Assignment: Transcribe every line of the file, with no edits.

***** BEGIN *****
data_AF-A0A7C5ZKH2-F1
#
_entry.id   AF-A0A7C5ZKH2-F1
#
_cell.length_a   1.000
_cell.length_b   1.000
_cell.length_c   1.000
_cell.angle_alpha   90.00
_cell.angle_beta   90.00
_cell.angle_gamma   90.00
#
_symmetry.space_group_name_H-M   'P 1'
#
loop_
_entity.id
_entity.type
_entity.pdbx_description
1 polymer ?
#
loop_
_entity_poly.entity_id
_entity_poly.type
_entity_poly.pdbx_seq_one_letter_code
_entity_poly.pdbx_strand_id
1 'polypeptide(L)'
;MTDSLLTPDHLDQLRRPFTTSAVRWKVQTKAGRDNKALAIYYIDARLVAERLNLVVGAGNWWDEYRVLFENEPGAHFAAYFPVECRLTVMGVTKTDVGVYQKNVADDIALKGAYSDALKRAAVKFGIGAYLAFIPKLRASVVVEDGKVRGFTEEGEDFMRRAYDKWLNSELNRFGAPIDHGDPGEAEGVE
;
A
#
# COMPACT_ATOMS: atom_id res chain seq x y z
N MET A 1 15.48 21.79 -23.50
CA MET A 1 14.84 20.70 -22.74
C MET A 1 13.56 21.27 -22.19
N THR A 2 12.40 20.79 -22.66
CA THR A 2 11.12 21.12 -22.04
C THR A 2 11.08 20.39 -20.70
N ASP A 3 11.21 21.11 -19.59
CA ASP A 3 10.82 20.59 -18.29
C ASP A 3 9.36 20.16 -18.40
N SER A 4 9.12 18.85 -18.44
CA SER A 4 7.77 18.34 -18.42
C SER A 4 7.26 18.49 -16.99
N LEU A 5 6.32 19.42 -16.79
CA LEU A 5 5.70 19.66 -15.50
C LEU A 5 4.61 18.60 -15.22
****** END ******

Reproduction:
data_AF-A0A7C5ZKH2-F1
#
_entry.id   AF-A0A7C5ZKH2-F1
#
_cell.length_a   1.000
_cell.length_b   1.000
_cell.length_c   1.000
_cell.angle_alpha   90.00
_cell.angle_beta   90.00
_cell.angle_gamma   90.00
#
_symmetry.space_group_name_H-M   'P 1'
#
loop_
_entity.id
_entity.type
_entity.pdbx_description
1 polymer ?
#
loop_
_entity_poly.entity_id
_entity_poly.type
_entity_poly.pdbx_seq_one_letter_code
_entity_poly.pdbx_strand_id
1 'polypeptide(L)'
;MTDSLLTPDHLDQLRRPFTTSAVRWKVQTKAGRDNKALAIYYIDARLVAERLNLVVGAGNWWDEYRVLFENEPGAHFAAYFPVECRLTVMGVTKTDVGVYQKNVADDIALKGAYSDALKRAAVKFGIGAYLAFIPKLRASVVVEDGKVRGFTEEGEDFMRRAYDKWLNSELNRFGAPIDHGDPGEAEGVE
;
A
#
# COMPACT_ATOMS: atom_id res chain seq x y z
N MET A 1 15.48 21.79 -23.50
CA MET A 1 14.84 20.70 -22.74
C MET A 1 13.56 21.27 -22.19
N THR A 2 12.40 20.79 -22.66
CA THR A 2 11.12 21.12 -22.04
C THR A 2 11.08 20.39 -20.70
N ASP A 3 11.21 21.11 -19.59
CA ASP A 3 10.82 20.59 -18.29
C ASP A 3 9.36 20.16 -18.40
N SER A 4 9.12 18.85 -18.44
CA SER A 4 7.77 18.34 -18.42
C SER A 4 7.26 18.49 -16.99
N LEU A 5 6.32 19.42 -16.79
CA LEU A 5 5.70 19.66 -15.50
C LEU A 5 4.61 18.60 -15.22